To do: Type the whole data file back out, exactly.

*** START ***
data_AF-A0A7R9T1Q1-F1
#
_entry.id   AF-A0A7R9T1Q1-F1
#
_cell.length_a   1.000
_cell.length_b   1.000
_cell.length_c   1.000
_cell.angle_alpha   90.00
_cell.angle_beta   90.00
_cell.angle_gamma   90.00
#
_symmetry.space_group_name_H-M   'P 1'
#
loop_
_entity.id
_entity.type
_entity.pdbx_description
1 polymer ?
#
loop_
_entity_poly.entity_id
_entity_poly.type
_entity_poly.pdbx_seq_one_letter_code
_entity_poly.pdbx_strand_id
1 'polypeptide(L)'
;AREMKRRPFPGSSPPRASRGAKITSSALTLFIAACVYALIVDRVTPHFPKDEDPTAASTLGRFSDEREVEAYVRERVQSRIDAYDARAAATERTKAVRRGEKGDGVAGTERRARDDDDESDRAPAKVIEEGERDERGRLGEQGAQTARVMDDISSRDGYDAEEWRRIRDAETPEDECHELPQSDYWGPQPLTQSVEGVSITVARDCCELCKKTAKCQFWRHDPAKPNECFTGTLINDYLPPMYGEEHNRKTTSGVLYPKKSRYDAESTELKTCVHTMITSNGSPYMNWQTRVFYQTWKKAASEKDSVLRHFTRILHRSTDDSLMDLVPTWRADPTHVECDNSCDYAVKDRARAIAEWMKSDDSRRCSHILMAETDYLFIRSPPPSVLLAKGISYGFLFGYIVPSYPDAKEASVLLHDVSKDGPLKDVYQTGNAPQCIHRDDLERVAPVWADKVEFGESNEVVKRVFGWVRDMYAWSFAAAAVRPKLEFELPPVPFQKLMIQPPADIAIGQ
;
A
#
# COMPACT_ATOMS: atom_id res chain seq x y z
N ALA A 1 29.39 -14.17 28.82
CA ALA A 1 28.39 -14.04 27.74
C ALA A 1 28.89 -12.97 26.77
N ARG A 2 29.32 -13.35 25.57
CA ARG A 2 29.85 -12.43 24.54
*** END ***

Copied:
data_AF-A0A7R9T1Q1-F1
#
_entry.id   AF-A0A7R9T1Q1-F1
#
_cell.length_a   1.000
_cell.length_b   1.000
_cell.length_c   1.000
_cell.angle_alpha   90.00
_cell.angle_beta   90.00
_cell.angle_gamma   90.00
#
_symmetry.space_group_name_H-M   'P 1'
#
loop_
_entity.id
_entity.type
_entity.pdbx_description
1 polymer ?
#
loop_
_entity_poly.entity_id
_entity_poly.type
_entity_poly.pdbx_seq_one_letter_code
_entity_poly.pdbx_strand_id
1 'polypeptide(L)'
;AREMKRRPFPGSSPPRASRGAKITSSALTLFIAACVYALIVDRVTPHFPKDEDPTAASTLGRFSDEREVEAYVRERVQSRIDAYDARAAATERTKAVRRGEKGDGVAGTERRARDDDDESDRAPAKVIEEGERDERGRLGEQGAQTARVMDDISSRDGYDAEEWRRIRDAETPEDECHELPQSDYWGPQPLTQSVEGVSITVARDCCELCKKTAKCQFWRHDPAKPNECFTGTLINDYLPPMYGEEHNRKTTSGVLYPKKSRYDAESTELKTCVHTMITSNGSPYMNWQTRVFYQTWKKAASEKDSVLRHFTRILHRSTDDSLMDLVPTWRADPTHVECDNSCDYAVKDRARAIAEWMKSDDSRRCSHILMAETDYLFIRSPPPSVLLAKGISYGFLFGYIVPSYPDAKEASVLLHDVSKDGPLKDVYQTGNAPQCIHRDDLERVAPVWADKVEFGESNEVVKRVFGWVRDMYAWSFAAAAVRPKLEFELPPVPFQKLMIQPPADIAIGQ
;
A
#
# COMPACT_ATOMS: atom_id res chain seq x y z
N ALA A 1 29.39 -14.17 28.82
CA ALA A 1 28.39 -14.04 27.74
C ALA A 1 28.89 -12.97 26.77
N ARG A 2 29.32 -13.35 25.57
CA ARG A 2 29.85 -12.43 24.54